Pakistan

Ask CFR Experts

Will China extend its influence in the Indian Ocean by building a naval base in Gwadar, Pakistan?

Asked by Hassan, from National University Of Sciences and Technology

To date, Chinese officials have asserted that their interest in Gwadar is strictly a commercial effort to provide another energy corridor for Middle East oil, and Pakistani government officials stridently affirm this position. New Delhi, on the other hand, has expressed "concern" about the true motivations in developing Gwadar, suspecting that it is a Sino-Pak effort at encirclement.

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See more in China; India; Pakistan; Defense Strategy

Op-Ed

Well, This Is Awkward

Author: Daniel S. Markey
Foreign Policy

According to Daniel Markey, "the Musharraf affair will be an early test of which direction Pakistan's civilian politicians and judiciary intend to take their country and its relations with America."

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Must Read

NYT: How a Single Spy Helped Turn Pakistan Against the United States

"For many senior Pakistani spies, the man sitting in the jail cell represented solid proof of their suspicions that the C.I.A. had sent a vast secret army to Pakistan, men who sowed chaos and violence as part of the covert American war in the country. For the C.I.A., the eventual disclosure of [Raymond] Davis's role with the agency shed an unflattering light on a post–Sept. 11 reality: that the C.I.A. had farmed out some of its most sensitive jobs to outside contractors — many of them with neither the experience nor the temperament to work in the war zones of the Islamic world."

See more in Pakistan; Intelligence

Must Read

NYT: Rise of the Predators

Author: Mark Mazzetti

"While it was not the first country where the United States used drones, [Pakistan] became the laboratory for the targeted killing operations that have come to define a new American way of fighting, blurring the line between soldiers and spies and short-circuiting the normal mechanisms by which the United States as a nation goes to war."

See more in Counterterrorism; Pakistan

Ask CFR Experts

How can the United States assist dialogue between India and Pakistan on Afghanistan?

Asked by Jessica Brandt, from Harvard Kennedy School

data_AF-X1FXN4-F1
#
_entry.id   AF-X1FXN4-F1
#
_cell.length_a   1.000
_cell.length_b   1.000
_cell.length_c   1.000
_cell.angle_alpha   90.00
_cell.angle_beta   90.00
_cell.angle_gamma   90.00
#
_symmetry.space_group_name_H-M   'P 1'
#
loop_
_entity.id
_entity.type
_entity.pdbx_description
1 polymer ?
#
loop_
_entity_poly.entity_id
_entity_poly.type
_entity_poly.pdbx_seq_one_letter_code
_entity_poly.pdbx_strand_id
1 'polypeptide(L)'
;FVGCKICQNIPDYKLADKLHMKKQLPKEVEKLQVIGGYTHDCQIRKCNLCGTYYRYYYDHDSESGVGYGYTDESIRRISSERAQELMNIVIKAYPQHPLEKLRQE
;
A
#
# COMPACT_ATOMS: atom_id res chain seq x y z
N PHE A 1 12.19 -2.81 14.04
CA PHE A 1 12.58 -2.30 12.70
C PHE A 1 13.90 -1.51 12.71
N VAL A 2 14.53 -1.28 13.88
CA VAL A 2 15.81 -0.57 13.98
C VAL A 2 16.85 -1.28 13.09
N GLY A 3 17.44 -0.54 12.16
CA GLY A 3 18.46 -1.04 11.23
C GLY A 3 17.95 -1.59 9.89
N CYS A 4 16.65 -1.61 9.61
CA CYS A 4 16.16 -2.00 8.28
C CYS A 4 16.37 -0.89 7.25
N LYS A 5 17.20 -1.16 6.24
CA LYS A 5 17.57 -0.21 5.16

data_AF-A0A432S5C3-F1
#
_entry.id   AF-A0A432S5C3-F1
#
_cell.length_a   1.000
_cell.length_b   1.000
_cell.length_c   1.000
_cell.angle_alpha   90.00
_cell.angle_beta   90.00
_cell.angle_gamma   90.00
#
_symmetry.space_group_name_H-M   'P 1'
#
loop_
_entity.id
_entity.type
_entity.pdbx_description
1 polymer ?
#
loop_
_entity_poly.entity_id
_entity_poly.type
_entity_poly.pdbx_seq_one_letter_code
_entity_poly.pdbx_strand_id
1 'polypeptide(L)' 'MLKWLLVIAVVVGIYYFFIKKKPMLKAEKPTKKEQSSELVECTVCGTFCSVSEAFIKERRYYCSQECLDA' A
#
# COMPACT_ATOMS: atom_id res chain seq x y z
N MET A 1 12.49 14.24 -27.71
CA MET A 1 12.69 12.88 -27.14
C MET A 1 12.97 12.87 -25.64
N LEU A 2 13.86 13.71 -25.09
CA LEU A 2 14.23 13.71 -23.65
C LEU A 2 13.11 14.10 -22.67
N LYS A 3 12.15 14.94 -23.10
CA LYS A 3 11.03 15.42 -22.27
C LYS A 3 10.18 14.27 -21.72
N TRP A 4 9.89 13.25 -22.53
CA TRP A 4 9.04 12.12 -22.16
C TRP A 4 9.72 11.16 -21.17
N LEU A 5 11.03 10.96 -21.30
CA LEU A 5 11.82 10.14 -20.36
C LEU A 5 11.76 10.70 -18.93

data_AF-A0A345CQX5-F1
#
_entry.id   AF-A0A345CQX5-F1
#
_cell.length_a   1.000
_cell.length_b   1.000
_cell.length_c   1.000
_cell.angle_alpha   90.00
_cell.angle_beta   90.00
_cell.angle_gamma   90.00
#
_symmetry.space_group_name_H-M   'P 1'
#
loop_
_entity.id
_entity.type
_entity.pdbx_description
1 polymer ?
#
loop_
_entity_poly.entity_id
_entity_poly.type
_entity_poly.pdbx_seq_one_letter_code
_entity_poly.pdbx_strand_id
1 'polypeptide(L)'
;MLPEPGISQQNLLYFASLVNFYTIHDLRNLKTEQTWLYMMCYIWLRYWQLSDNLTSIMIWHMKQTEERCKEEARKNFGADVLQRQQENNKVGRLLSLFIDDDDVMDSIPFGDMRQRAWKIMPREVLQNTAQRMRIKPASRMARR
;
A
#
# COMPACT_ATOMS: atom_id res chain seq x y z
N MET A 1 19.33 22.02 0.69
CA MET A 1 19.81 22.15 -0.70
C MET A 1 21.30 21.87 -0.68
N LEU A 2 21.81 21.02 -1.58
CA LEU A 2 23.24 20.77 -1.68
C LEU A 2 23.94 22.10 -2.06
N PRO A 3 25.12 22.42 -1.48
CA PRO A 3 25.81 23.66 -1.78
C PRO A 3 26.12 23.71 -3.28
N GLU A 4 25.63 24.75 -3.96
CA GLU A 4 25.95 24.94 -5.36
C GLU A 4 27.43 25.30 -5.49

The Afghan civil war of the 1990s was partly fueled by longstanding Indo-Pakistani rivalry, with different Afghan factions receiving support from different regional neighbors. The United States has a clear interest in avoiding a similar outcome as it disengages from the current war in Afghanistan. Unfortunately, promoting Indo-Pakistani dialogue on Afghanistan will not be easy.

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See more in Afghanistan; Pakistan; Diplomacy and Statecraft

Article

Pakistan's Nuclear Past as Prologue

Author: Frank G. Klotz
Frank Klotz explores the role of history in the Pakistani nuclear program and the challenges for the future in his review of Feroz Hassan Khan's recently released Eating Grass: The Making of the Pakistani Bomb.

See more in Proliferation; Pakistan

Must Read

USIP: Pakistan and the Narratives of Extremism

Author: Amil Khan

"This report looks at why extremist strategic communications in Pakistan have been so successful and what it would take for the government and its allies to reverse the gains of what is sometimes called 'the al-Qaeda worldview.' Like all good communications campaigns, extremist messaging is grounded in a reality. In this case, that reality is the views and emotions—and the narratives that articulate them—that were born out of the establishment and subsequent conduct of the state of Pakistan."

See more in Pakistan; Radicalization and Extremism

Foreign Affairs Article

Breaking Up Is Not Hard to Do

Author: Husain Haqqani

Instead of continuing their endless battling, the United States and Pakistan should acknowledge that their interests simply do not converge enough to make them strong partners. Giving up the fiction of an alliance would free up Washington to explore new ways of achieving its goals in South Asia. And it would allow Islamabad to finally pursue its regional ambitions -- which would either succeed once and for all or, more likely, teach Pakistani officials the limitations of their country's power.

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Video

Pakistan’s Regional Pivot

Speaker: Hina Rabbani Khar
Presider: David E. Sanger

Hina Rabbani Khar, the Islamic Republic of Pakistan's minister for foreign affairs, discusses U.S.-Pakistan relations, counterterrorism, and Afghanistan.

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Audio

Pakistan’s Regional Pivot

Speaker: Hina Rabbani Khar
Presider: David E. Sanger

Hina Rabbani Khar, the Islamic Republic of Pakistan's minister for foreign affairs, discusses U.S.-Pakistan relations, counterterrorism, and Afghanistan.

See more in Pakistan